I have my master and slave server in sync.

I have stopped the slave server and tried to perform insert query in master server. The execution is in progress and doesn't give any error message. There is no proper information in logs.

I understand that in synchronous replication master waits for slave to reply but:

  1. Is there anyway to avoid master server being halted?
  2. I have stopped my master server and checked the logs that data is locally committed, is this the behaviour of synchronous replication? commit should not work until all data is committed to master and standby?

1 Answer 1


In synchronous mode, your primary needs to wait for the result to be acknowledged by the secondary to answer.

From the documentation (links below):

When requesting synchronous replication, each commit of a write transaction will wait until confirmation is received that the commit has been written to the write-ahead log on disk of both the primary and standby server. [...] Waiting for confirmation increases the user's confidence that the changes will not be lost in the event of server crashes but it also necessarily increases the response time for the requesting transaction. The minimum wait time is the round-trip time between primary to standby.

That's why, except for someone who can afford downtime (it happens and it's not so rare), we add other asynchronous secondaries that can become synchronous secondaries if needed.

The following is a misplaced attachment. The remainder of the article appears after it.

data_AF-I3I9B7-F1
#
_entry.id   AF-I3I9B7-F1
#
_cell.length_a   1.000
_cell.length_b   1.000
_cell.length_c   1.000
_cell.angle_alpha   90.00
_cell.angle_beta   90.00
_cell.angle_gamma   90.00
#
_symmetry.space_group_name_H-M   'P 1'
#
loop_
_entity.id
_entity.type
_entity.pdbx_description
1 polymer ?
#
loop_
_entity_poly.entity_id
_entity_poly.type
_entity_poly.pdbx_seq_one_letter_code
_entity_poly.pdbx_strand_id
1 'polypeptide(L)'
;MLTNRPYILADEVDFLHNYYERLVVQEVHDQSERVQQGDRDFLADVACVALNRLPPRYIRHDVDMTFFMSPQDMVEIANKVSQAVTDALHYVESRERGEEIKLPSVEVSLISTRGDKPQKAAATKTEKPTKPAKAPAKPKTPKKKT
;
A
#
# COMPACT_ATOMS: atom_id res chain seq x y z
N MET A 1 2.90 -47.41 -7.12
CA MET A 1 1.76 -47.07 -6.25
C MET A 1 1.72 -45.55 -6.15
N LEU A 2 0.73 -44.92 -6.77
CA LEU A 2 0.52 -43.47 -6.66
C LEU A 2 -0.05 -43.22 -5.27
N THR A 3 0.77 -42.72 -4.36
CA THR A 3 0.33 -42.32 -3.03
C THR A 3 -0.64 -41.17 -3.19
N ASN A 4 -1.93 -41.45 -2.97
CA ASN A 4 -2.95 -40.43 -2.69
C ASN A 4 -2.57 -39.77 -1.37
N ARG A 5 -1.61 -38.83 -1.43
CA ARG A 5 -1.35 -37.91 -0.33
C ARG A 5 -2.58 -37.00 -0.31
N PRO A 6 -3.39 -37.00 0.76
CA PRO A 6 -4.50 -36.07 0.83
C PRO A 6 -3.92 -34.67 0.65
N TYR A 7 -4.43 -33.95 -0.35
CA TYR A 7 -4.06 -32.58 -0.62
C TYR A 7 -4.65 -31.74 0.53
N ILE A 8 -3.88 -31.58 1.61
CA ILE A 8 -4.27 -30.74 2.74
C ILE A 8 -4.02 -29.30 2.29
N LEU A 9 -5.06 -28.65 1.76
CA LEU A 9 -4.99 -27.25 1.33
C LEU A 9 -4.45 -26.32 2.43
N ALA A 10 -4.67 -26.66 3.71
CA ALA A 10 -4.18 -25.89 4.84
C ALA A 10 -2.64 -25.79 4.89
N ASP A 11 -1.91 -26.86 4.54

The best solution for high availability is to ensure you keep as many synchronous standbys as requested. This can be achieved by naming multiple potential synchronous standbys using synchronous_standby_names.

In a priority-based synchronous replication, the standbys whose names appear earlier in the list will be used as synchronous standbys. Standbys listed after these will take over the role of synchronous standby if one of current ones should fail.

In a quorum-based synchronous replication, all the standbys appearing in the list will be used as candidates for synchronous standbys. Even if one of them should fail, the other standbys will keep performing the role of candidates of synchronous standby.

You'll may find useful to read that documentation page : https://www.postgresql.org/docs/current/static/warm-standby.html#SYNCHRONOUS-REPLICATION

  • Apart from this solution is there any other alternate way ,i have seen some resources stating to set some wal_sender_timeout or use pg_receivewal.Am not sure how it works .Have u tried ? or whatever u have mentioned above is only solution ?
    – vyshu Ysh
    Sep 19, 2018 at 7:16
  • wal_sender_timeout and pg_receivewal are about aynshronous replication. Maybe you don't really need synchronous replication. The question you need to answer is "What lag between primary and secondary can you afford" ? 1µs ? 1ms ? 1s ?
    – Arkhena
    Sep 20, 2018 at 9:53

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